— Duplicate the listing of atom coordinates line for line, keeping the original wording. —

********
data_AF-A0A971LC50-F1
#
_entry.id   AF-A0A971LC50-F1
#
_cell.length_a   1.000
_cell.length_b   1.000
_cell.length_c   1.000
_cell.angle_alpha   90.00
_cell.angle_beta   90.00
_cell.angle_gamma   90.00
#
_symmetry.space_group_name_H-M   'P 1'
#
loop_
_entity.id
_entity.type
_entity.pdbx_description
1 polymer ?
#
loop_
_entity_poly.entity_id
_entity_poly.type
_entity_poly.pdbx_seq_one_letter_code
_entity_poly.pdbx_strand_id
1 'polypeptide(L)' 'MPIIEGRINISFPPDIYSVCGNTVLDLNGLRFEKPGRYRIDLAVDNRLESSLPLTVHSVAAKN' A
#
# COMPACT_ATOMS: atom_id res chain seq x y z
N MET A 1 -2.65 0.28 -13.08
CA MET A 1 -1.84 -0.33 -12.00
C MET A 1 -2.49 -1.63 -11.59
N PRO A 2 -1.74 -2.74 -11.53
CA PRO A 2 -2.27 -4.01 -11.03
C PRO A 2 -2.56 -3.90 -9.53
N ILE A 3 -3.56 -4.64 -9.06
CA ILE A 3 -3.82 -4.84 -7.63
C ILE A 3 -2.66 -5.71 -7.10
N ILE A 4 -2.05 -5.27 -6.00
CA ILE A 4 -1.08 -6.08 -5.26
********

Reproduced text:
data_AF-A0A971LC50-F1
#
_entry.id   AF-A0A971LC50-F1
#
_cell.length_a   1.000
_cell.length_b   1.000
_cell.length_c   1.000
_cell.angle_alpha   90.00
_cell.angle_beta   90.00
_cell.angle_gamma   90.00
#
_symmetry.space_group_name_H-M   'P 1'
#
loop_
_entity.id
_entity.type
_entity.pdbx_description
1 polymer ?
#
loop_
_entity_poly.entity_id
_entity_poly.type
_entity_poly.pdbx_seq_one_letter_code
_entity_poly.pdbx_strand_id
1 'polypeptide(L)' 'MPIIEGRINISFPPDIYSVCGNTVLDLNGLRFEKPGRYRIDLAVDNRLESSLPLTVHSVAAKN' A
#
# COMPACT_ATOMS: atom_id res chain seq x y z
N MET A 1 -2.65 0.28 -13.08
CA MET A 1 -1.84 -0.33 -12.00
C MET A 1 -2.49 -1.63 -11.59
N PRO A 2 -1.74 -2.74 -11.53
CA PRO A 2 -2.27 -4.01 -11.03
C PRO A 2 -2.56 -3.90 -9.53
N ILE A 3 -3.56 -4.64 -9.06
CA ILE A 3 -3.82 -4.84 -7.63
C ILE A 3 -2.66 -5.71 -7.10
N ILE A 4 -2.05 -5.27 -6.00
CA ILE A 4 -1.08 -6.08 -5.26